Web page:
So ISRA does some long term strategic coalition work after finally figuring this out and I was ready to hand it to them for being effective finally.  Then the Posner decision which I read differently from everyone and all of a sudden the gun lobby starts running victory laps and telling the Lege what they, the gun lobby, will accept.  Never a good strategy, but when you are already overplaying your hand it’s especially bad.  How the Supreme Court will rule on Moore v Madigan is very much in question.  Using it as leverage to get an imperfect bill before their opponents figured out that ISRA had less leverage than everybody assumed would have been the smart strategy.  But not the gun lobby, it’s all in and all crazy all the time.

Then, you have the mass murder of children so what do you do?  STFU and say some nice things and point out to your allies conceal carry isn’t really an issue in the Connecticut case so let’s lay low and seem reasonable on some recommendations for further gun control even if you want to quietly kill it.  That is what any sane and thoughtful lobby would do.

The gun lobby?  Hell no……

SPRINGFIELD — One of Illinois’ leading gun-rights advocates urged state lawmakers Monday to pass legislation that would give school districts authority to arm school principals, teachers and even custodial staff with concealed weapons.

“The problem we have is a gun-free zone. We have a gun-free zone around a school. Every crazy person knows that. And so, the gun-free zone is like a magnet for the lunatics. He or she knows there won’t be any resistance there,” said Richard Pearson, executive of the Illinois State Rifle Association.

Way to take a dump on your momentum.  You can believe this all you want, but saying it loud after the slaughter of 20 6 and 7 year olds is perhaps the dumbest thing a gun lobbyist could do.  More guns around my children at this particular moment in the national dialogue is a big loser.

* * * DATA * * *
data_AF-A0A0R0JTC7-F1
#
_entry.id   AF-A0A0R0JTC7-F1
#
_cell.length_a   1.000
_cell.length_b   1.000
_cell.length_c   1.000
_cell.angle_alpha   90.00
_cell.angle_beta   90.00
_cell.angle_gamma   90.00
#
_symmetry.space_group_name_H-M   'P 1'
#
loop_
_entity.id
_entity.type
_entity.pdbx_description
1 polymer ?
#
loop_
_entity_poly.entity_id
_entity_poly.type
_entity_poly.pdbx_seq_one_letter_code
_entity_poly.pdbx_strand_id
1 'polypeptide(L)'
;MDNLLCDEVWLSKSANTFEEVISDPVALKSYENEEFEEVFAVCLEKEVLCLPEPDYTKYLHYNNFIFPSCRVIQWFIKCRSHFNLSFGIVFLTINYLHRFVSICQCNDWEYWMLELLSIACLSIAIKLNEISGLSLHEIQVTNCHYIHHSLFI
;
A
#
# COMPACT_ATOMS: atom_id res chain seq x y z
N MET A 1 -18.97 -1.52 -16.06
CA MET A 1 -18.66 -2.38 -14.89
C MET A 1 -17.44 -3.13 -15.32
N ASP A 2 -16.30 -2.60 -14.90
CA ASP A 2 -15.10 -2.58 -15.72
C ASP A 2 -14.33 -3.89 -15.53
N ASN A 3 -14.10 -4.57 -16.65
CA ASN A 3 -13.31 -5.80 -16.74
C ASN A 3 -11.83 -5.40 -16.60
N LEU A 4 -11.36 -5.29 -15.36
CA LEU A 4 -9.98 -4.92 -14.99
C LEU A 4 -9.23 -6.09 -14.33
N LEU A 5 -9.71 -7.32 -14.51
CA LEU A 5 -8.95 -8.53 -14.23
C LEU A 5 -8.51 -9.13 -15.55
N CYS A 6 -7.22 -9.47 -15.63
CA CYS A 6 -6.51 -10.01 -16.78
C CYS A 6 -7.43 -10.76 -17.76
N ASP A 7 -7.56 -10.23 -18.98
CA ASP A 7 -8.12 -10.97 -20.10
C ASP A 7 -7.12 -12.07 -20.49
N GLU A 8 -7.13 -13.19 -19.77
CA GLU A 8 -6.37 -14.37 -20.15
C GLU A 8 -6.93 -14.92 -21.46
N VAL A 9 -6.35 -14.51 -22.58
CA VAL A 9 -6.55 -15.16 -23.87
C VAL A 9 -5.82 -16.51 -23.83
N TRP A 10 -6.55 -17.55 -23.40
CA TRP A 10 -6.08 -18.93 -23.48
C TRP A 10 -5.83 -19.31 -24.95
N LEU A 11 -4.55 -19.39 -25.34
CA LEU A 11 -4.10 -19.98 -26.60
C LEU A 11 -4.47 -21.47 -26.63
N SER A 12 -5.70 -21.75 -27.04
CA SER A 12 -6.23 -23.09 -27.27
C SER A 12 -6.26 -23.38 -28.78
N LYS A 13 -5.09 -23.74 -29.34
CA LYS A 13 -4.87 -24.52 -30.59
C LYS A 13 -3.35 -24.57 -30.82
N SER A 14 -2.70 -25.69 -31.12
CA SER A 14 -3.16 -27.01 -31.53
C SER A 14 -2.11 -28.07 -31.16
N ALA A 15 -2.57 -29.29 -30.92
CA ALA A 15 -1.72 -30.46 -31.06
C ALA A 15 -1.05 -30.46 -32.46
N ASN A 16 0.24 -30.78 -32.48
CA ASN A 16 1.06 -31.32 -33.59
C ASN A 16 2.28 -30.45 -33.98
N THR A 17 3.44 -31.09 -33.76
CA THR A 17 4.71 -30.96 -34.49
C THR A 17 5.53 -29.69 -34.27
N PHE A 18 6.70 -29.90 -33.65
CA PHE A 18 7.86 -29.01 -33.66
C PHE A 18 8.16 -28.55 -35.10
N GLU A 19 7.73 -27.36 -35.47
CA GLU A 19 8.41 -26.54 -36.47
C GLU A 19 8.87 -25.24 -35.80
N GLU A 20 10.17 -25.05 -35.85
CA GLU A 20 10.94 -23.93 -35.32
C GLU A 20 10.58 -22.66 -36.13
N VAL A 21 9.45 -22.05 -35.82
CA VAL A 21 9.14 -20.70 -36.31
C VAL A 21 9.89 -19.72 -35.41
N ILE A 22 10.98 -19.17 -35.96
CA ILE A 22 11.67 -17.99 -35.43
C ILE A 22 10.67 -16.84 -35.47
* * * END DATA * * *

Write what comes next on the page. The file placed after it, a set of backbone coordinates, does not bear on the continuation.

Oh, and the crazy guy isn’t rational Richard.  Your typical calculus of what someone will do is a problem in such circumstances for that very reason.



When Reading an Appeals Court Opinion Leads You Astray

This post was started before Connecticut and while the political pressure changes, the basic points I think still hold up.  I don’t oppose conceal carry with training–I live in Missouri where it has been law for a few years now and it’s pretty much a non-issue for the average person.  Thus, I can’t really argue to deny people’s ability to carry legally because it makes some people feel icky.  However, the response to the 7th Circuit Decision by Posner is way out of whack with what I believe is a pretty clear middle finger Posner is waving at Scalia.

Posner has written on Heller in The New Republic and he’s incredibly harsh on the decision by the Supreme Court’s majority in that case:

The text of the amendment, whether viewed alone or in light of the concerns that actuated its adoption, creates no right to the private possession of guns for hunting or other sport, or for the defense of person or property. It is doubtful that the amendment could even be thought to require that members of state militias be allowed to keep weapons in their homes, since that would reduce the militias’ effectiveness. Suppose part of a state’s militia was engaged in combat and needed additional weaponry. Would the militia’s commander have to collect the weapons from the homes of militiamen who had not been mobilized, as opposed to obtaining them from a storage facility? Since the purpose of the Second Amendment, judging from its language and background, was to assure the effectiveness of state militias, an interpretation that undermined their effectiveness by preventing states from making efficient arrangements for the storage and distribution of military weapons would not make sense.

The Court evaded the issue in Heller by cutting loose the Second Amendment from any concern with state militias (the “National Guard,” as they are now called). The majority opinion acknowledges that allowing people to keep guns in their homes cannot help the militias, because modern military weapons are not appropriate for home defense (most of them are too dangerous), and anyway the opinion says that the only weapons the Second Amendment entitles people to possess are ones that are not “highly unusual in society at large.” Modern military weapons are highly unusual in society at large. By creating a privilege to own guns of no interest to a militia, the Court decoupled the amendment’s two clauses.